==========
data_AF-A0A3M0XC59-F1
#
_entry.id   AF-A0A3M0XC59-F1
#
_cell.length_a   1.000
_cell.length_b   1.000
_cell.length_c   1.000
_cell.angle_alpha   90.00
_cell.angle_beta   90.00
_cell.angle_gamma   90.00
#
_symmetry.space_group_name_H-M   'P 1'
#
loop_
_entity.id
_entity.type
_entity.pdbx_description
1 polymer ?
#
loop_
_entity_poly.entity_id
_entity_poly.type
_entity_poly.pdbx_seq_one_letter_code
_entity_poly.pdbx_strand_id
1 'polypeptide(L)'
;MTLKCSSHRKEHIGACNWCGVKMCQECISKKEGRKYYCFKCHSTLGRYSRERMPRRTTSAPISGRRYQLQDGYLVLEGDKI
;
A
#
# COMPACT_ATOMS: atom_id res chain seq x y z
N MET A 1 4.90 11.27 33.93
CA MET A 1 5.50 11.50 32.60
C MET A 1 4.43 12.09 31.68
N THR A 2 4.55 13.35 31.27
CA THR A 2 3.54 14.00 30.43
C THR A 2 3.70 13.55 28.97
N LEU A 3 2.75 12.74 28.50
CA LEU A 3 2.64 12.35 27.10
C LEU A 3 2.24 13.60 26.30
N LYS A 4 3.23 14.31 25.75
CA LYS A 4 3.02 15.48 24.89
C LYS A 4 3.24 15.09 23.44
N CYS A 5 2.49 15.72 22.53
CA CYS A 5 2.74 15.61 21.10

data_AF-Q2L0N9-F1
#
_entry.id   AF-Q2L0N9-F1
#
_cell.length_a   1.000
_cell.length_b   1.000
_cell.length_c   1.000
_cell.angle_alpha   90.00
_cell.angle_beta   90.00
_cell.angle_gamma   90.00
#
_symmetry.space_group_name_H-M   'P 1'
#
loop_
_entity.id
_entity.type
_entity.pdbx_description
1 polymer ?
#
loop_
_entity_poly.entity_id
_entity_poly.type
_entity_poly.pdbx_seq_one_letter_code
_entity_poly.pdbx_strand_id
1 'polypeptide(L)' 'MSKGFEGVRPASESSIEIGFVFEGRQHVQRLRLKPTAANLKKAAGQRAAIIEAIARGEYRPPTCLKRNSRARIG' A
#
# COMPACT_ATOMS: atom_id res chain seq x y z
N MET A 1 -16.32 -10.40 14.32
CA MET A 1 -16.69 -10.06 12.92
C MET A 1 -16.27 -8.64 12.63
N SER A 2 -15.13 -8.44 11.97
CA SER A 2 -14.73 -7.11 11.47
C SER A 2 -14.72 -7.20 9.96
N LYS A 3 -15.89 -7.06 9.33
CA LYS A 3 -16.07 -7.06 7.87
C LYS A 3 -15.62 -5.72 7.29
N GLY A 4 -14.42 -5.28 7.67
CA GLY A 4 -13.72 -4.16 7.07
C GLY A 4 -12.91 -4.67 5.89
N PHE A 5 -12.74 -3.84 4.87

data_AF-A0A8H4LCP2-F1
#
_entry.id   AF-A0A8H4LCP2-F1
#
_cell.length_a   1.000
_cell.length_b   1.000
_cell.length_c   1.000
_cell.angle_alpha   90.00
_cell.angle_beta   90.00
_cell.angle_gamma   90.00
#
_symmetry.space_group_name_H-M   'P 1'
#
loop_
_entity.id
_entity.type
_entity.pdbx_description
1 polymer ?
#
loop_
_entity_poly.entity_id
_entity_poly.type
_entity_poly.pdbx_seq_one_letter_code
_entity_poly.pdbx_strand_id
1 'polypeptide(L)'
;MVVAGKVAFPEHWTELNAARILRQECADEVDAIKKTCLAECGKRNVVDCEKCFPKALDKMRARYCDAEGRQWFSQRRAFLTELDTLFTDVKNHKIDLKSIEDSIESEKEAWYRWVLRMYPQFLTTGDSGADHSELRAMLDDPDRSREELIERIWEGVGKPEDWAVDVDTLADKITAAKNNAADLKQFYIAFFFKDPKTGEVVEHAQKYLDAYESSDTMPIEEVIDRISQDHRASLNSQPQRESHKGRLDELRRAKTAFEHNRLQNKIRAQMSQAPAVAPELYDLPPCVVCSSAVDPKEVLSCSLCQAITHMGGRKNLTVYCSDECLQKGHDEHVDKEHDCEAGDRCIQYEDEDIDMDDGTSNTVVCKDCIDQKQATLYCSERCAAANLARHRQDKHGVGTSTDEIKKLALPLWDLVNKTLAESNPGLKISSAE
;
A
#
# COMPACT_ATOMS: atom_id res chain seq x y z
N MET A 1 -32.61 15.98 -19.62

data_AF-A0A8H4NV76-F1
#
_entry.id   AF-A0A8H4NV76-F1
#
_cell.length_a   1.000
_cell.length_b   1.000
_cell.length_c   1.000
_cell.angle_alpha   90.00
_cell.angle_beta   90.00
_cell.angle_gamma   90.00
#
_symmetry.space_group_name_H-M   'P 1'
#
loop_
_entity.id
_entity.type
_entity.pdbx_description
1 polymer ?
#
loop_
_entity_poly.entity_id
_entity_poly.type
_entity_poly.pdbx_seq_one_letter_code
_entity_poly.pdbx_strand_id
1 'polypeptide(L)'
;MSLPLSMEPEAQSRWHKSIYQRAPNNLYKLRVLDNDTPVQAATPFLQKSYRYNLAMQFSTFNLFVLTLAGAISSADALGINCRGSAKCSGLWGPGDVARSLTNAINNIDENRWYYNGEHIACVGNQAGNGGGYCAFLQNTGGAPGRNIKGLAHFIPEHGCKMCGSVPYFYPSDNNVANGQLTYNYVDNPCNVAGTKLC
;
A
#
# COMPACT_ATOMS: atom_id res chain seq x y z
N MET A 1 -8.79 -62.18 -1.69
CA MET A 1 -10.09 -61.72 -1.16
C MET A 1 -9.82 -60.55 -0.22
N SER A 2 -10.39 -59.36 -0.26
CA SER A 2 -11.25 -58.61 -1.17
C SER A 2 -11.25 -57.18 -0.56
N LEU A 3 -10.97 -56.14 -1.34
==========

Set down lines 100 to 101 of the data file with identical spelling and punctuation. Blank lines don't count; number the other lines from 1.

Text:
_entity.type
_entity.pdbx_description